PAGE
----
Preserving Chatham's Salt Marshes
The Energy and Climate Action Committee (ECAC) advises Chatham's governing body, the Select Board, on issues of energy conservation and mitigation of projected consequences of climate change.
On November 1, 2022, ECAC submitted a proposal to the Community Preservation Committee for a grant to support preliminary research concerning potential salt marsh migration. The proposal requests $120,000 for the first year of ECAC's effort to acquire open-space property to facilitate salt-marsh migration in response to predicted sea-level rise.
As part of the Energy and Climate Action committee's effort to preserve the salt marshes of Chatham, we are developing an online map to explore the impact of climate change on the marshes and to suggest potential marsh migration areas in response to rising sea level and storm intensity. A pdf file with a link to the map and documentation of its data and usage is available here.
A primary use of such a map is to target parcels or partial parcels for Conservation Restrictions or land-trust acquisition. A preliminary desktop study of several of Chatham's major marshes has been conducted and is available here. This study suggests specific parcels to target for CRs. Field work and other studies are now needed to confirm the potential migration areas and the list of parcels.
The Chatham Conservation Foundation (CCF), preserves land for the benefit of the people, plants, animals, and ecosystems of Chatham. It is a non-profit organization dedicated to the purpose of acquiring land, by gift or purchase, to be preserved in its natural state in perpetuity. It was the first private land trust on Cape Cod when it received its charter from the Commonwealth of Massachusetts in 1962. Visit its website at https://chathamconservationfoundation.org. CCF owns the land including or surrounding much of the salt marsh in Chatham.
Salt marshes provide many environmental benefits. Chatham is lucky to have many salt marshes, despite a history of rapid development that has restricted tidal flow. Salt marshes can sequester carbon from the atmosphere at a higher rate than even forests. Salt marsh restoration is probably the best way for Chatham to reduce its carbon footprint, as well as mitigating storm surge, flooding and sea-level rise.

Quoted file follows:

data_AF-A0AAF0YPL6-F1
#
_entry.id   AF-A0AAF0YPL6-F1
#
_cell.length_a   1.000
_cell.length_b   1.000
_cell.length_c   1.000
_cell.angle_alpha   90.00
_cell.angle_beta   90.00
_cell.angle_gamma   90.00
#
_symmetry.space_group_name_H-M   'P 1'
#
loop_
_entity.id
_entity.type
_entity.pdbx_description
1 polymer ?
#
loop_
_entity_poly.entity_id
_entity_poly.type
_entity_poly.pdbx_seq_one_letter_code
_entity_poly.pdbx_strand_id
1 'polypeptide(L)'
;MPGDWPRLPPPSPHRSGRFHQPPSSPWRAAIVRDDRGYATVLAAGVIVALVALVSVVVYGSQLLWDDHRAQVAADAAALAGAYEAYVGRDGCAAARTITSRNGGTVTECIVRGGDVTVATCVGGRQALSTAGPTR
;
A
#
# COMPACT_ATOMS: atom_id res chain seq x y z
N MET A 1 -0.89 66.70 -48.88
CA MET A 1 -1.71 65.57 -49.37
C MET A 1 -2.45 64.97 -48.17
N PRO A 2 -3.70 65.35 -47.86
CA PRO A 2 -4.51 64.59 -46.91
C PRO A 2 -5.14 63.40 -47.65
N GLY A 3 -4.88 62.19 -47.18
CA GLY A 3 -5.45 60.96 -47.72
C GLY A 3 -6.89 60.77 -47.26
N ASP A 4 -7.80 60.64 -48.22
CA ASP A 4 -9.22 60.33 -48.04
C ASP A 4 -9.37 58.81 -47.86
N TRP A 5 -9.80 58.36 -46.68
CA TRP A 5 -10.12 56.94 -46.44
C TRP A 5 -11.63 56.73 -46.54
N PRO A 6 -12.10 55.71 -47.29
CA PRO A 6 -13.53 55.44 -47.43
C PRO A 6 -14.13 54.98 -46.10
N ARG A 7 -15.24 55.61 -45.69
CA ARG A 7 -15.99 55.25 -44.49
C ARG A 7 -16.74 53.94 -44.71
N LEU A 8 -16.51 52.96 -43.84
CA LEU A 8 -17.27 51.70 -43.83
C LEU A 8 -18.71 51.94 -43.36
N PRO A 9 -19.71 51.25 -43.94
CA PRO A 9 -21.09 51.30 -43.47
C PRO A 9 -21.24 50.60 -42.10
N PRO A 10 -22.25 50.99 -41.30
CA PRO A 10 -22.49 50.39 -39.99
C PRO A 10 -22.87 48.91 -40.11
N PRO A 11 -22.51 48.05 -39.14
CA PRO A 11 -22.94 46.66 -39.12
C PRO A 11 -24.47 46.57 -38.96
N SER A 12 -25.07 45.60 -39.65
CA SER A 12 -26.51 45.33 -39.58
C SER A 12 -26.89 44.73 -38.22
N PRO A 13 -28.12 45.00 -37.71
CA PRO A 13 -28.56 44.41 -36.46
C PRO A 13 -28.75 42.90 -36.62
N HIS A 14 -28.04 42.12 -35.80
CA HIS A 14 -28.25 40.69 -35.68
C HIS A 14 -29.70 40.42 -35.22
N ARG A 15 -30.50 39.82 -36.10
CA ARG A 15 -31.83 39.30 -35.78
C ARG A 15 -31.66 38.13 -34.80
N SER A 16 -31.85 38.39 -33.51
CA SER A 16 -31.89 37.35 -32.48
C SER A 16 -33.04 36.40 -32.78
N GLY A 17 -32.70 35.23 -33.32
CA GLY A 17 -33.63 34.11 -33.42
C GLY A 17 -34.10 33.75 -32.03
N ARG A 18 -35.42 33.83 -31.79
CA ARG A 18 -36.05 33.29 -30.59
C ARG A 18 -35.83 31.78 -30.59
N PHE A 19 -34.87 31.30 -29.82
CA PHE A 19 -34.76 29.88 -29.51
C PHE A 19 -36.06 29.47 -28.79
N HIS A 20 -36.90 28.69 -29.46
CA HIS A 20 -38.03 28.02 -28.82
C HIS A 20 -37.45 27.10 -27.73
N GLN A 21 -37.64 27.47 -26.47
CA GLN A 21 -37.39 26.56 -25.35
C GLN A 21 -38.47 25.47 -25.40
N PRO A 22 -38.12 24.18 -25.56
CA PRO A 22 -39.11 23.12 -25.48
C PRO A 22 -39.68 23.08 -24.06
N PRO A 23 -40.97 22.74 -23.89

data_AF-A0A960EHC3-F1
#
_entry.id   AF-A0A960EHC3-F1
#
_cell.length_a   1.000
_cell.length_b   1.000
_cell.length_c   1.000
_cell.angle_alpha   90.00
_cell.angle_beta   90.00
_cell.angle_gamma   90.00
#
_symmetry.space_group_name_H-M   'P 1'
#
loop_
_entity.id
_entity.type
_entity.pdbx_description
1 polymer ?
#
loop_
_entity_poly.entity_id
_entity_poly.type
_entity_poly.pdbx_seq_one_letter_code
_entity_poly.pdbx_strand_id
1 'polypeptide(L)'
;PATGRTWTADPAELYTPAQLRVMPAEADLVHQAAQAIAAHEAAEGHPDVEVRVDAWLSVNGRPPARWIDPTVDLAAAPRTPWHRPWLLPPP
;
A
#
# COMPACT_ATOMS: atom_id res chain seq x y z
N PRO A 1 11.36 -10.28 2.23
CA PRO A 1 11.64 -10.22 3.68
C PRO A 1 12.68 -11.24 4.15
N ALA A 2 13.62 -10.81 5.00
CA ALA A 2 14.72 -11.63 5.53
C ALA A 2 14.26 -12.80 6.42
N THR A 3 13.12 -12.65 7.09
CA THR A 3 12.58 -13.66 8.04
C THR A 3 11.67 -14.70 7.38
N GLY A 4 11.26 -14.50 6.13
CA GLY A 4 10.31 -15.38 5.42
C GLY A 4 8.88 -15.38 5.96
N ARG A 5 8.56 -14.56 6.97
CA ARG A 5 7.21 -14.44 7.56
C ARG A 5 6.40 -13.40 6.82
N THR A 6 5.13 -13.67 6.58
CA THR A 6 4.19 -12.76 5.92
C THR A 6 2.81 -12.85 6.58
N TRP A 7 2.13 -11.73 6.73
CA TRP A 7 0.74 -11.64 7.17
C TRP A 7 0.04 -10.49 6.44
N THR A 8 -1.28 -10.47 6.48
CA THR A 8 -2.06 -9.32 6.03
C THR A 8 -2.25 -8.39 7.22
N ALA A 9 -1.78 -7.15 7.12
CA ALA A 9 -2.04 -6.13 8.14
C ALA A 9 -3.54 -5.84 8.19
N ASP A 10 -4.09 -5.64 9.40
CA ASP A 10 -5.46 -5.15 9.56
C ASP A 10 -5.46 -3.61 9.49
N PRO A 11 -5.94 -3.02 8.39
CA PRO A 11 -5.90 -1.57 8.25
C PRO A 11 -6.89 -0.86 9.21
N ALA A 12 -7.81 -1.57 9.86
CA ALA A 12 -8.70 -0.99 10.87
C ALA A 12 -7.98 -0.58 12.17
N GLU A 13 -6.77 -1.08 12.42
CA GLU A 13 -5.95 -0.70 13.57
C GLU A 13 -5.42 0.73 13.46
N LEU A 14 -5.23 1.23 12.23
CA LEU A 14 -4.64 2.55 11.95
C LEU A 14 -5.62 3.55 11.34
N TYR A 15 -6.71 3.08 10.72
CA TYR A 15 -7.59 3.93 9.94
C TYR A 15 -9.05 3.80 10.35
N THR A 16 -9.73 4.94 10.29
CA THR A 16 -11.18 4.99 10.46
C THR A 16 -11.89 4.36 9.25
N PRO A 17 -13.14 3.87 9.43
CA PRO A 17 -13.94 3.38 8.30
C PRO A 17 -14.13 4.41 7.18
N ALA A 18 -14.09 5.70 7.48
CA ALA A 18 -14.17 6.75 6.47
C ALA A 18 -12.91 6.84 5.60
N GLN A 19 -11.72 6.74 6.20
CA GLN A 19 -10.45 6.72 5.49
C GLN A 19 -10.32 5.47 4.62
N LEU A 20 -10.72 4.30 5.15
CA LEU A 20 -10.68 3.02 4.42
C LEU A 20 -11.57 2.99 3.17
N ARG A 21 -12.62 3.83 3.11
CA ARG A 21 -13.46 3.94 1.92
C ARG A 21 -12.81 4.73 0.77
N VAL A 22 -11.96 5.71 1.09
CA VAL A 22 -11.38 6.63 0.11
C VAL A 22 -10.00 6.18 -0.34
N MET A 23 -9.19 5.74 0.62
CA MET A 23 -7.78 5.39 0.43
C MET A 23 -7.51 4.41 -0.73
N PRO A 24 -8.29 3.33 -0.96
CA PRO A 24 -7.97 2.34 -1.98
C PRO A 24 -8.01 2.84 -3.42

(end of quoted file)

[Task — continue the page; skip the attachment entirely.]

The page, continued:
A Salt Marsh Task Force was formed in Fall 2019 to explore and pursue ways of studying, restoring and preserving Chatham's salt-marsh areas.
Many documents about the Salt Marsh Task Force can be downloaded below:
The first salt marsh target area for CCF is the complex around Frost Fish Creek in northeast Chatham.* Here is a 9 minute video about Frost Fish Creek, including its history, ecosystem and future outlook:
* Here is a virtual site visit of Frost Fish Creek, including maps and photographs: link* Here is the report on Frost Fish Creek conducted by APCC in 2018 under contract with CCF: link
* Here is an application to the Chatham Preservation Committee (CPC) for a grant to CCF to conduct hydrologic and water-quality studies of Frost Fish Creek: link
* Here is an application to the Massachusetts Division of Ecological Restoration (DER) to designate CCF's Frost Fish Creek Restoration Project as a priority project for support by DER. link